by Wade Gibbons
The concert really featured “the soundtracks of your life”. And everyone in the Garfield Sobers Gymnasium last Sunday who would have been between 15 and 35 years old in the 1980s when Air Supply were churning out hit after hit, could relate in some way to almost all of the songs the 38-year-old group performed.
Surely the duo, both now over 60 years old, could be renamed Hit Supply!
And while the night belonged to the Australian act, the Barbadians stamped their musical authority on the impressive looking DB Productions’ stage, dominated by two large screens at left and right, to make viewing the action considerably easier by those seated too far from the front.
Opening act Nexcyx is racking up important moments in their short history. With a number of local hits under their belt, they’ve ironically gained international recognition after winning the Ryan Seacrest online contest for Best Maroon 5 cover of Moves like Jagger (2013), and the MTV Iggy Artist of the Week (2011).
The youthful band indicated a maturity both in their dress (conservative but classy black jackets and white shirts — worn even by fashionista lead Mahalia herself!!!), as well as their performance, by understanding the occasion and played a set that delivered on their promise of “something old, something new and something Nexcyx”.
The hour-long set included originals like Take a Minute, Queen, Everybody on the Floor and Gossip Girl, and equally passionate covers of Michael Jackson’s Rock With You, Billie Jean and Human Nature, and Prince’s Purple Rain. Guitarist Russell Padmore put his own mark on the Prince iconic solo.
Nexcyx also provided the backing for two other performers, Tamara Marshall and Marisa Lindsay. Marshall’s three-song performance revealed that her still wonderful voice is deepening with the passage of time, yet remains an incredible instrument that secures her position of one of Barbados’ best vocalists. Her selections of two originals written by Jim McGowan provided a too rare opportunity to hear the quality of her own work, and she also chose what is now for her an iconic cover of Imagine, that rendition arguably her best of it.
One of the most charming things about Marisa Lindsay is her realness and boy did she let it flow in her performance of two originals from off her second album Deeper Love. Rocking a 70s ’fro and wearing an Avark kaftan, she further cemented her diva status on the local stage. A vocal coach through her Sayluv school that boasts students like Livvy Franc, Vita Chambers, Mahlia, Callum Wright and Vizion, she is taking time to record a third album to be titled Lovely and favoured the audience with the world premier of the live version of Watchugondoo.
The three local ladies teamed up to give a riveting performance of Lady Marmalade, originally by Patti Labelle and the Labelles, that brought the Bajan part of the show to a rousing close.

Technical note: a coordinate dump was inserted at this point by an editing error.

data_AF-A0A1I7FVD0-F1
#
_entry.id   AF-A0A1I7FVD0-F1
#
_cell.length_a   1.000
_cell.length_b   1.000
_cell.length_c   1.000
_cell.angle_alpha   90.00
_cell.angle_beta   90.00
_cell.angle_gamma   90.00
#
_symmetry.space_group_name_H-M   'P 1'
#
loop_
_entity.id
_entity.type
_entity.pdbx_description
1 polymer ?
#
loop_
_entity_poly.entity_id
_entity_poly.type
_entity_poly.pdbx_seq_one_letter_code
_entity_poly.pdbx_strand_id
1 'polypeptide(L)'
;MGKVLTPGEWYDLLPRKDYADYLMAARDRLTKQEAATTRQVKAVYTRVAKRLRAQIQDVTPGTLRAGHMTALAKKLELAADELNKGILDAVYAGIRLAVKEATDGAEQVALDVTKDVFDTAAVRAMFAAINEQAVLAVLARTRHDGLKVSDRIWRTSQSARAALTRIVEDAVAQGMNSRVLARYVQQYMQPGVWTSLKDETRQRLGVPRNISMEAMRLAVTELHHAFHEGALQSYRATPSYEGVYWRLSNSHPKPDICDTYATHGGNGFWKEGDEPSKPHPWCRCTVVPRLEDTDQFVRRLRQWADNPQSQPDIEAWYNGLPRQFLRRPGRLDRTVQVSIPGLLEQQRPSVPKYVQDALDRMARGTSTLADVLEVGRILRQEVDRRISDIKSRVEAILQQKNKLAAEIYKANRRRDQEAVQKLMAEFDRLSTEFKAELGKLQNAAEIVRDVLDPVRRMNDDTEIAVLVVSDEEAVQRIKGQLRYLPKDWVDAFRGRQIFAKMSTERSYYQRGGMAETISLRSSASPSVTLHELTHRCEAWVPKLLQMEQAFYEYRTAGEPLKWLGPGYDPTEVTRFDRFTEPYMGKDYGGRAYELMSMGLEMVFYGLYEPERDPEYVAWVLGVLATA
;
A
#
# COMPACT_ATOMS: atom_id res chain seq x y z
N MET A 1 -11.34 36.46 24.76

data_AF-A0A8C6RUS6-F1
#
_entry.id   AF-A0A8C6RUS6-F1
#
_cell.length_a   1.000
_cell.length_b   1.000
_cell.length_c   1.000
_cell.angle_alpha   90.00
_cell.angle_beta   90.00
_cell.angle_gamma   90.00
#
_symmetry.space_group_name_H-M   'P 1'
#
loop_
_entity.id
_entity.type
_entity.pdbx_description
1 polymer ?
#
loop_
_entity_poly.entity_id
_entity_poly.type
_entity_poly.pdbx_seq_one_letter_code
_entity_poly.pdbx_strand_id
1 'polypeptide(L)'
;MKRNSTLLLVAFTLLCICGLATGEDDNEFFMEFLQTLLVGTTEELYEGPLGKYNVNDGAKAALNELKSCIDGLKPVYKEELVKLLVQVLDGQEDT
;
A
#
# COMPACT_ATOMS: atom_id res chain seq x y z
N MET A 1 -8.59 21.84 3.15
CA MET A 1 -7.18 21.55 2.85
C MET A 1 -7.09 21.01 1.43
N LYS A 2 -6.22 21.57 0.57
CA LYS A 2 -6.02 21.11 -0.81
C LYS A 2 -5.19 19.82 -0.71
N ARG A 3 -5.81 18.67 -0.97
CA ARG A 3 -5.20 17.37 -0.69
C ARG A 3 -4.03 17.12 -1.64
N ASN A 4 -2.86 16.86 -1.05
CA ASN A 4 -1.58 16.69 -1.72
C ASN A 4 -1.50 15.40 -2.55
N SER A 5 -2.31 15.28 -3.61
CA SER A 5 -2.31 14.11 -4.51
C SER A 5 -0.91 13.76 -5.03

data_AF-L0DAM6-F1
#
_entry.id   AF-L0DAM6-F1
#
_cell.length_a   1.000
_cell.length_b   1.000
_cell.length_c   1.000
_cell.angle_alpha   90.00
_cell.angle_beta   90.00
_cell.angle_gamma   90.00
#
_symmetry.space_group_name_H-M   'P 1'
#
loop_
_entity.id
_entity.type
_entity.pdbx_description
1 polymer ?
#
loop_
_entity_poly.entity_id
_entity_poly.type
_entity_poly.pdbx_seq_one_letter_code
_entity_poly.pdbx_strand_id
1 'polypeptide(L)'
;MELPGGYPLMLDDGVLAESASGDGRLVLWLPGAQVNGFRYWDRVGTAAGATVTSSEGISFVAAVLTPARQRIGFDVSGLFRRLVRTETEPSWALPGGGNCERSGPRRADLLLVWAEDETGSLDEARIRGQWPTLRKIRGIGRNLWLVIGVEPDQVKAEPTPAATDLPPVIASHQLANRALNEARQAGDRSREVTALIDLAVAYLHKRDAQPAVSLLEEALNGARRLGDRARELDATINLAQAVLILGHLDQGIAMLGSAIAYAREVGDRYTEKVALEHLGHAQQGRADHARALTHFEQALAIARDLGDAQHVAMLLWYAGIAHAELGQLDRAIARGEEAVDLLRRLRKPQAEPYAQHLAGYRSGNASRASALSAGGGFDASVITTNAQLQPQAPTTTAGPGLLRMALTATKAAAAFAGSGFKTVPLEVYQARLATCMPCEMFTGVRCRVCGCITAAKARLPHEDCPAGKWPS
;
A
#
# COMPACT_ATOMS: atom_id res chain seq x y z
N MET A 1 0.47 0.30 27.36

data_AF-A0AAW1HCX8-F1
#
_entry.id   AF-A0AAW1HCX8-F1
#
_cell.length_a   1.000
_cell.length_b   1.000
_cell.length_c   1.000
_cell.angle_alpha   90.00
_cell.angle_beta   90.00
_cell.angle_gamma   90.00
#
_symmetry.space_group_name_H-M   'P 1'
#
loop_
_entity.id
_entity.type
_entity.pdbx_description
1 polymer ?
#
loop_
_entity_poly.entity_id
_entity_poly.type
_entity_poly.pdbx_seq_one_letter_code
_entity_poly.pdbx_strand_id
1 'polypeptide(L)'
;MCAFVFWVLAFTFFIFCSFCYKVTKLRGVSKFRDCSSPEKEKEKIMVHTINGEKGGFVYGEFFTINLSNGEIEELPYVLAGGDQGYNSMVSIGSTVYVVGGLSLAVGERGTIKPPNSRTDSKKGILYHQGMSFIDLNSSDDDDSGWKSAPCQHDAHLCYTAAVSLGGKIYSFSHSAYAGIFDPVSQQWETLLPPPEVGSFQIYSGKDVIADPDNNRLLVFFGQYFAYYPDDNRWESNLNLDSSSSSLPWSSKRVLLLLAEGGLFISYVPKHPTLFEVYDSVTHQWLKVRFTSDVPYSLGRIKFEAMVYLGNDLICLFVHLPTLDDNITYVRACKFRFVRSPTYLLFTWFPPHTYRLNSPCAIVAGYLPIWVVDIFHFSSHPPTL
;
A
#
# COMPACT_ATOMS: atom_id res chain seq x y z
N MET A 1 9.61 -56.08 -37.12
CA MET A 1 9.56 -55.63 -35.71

The prelude was good, and the headliner was greater if only because of the body of work, near four decades of shared history and friendship and over a dozen global hits that the Air Supply duo have created. Launching right into their set, singer Russell Hitchcock and songwriter/guitarist Graham Russell G dropped three songs back to back before effusively greeting the Barbadian audience. They were completely believable when they said it was good to be back as they hadn’t performed here since 1999.
The band drew from its arsenal of modern classic love songs that remain great music because of their timeless themes and melodies, enchanting and haunting harmonies, characterised by deceptively simple arrangements. Songs included Even the Nights, Just As I Am, Every Woman, Here I Am, Power of Love, Two Less Lonely, The One That You Love, Lost In Love, Making Love and All Out of Love. The two are still in very fine voice, and their sound is enhanced by four youthful band members, the keyboard player, Amir Effrat deserving special mention.
Perhaps the only song that would have been unfamiliar to the large audience was Graham’s The River, on which he played electric acoustic guitar, accompanied only by Efrat. The four-member band definitely won the hearts of the audience during the 10-minute version of Making Love, when, in an ode to the impact of reggae on global music, it smoothly slipped into serious one-drop reggae and segued back into the soft rock tear-jerking 1983 ballad. The entire concert was a sing-along, but certainly a favourite moment in the concert came when both singers walked through the audience, interacting with adoring fans and even pausing for quick photos, all while singing. Naturally, the set ended with Air Supply’s biggest hit, All Out of Love.
Show producers, Universal Entertainment has launched itself with a hit concert which started promptly at 8 p.m. Very appropriate pre-show music was by Anthony Nelson Jr, while CBC Radio 94.7 announcer Admiral Nelson was the evening’s host. The Rotary Club’s inclusive play project is a beneficiary of the show, and president Sonia Alleyne expressed her gratitude to UE and Air Supply for choosing that charity.
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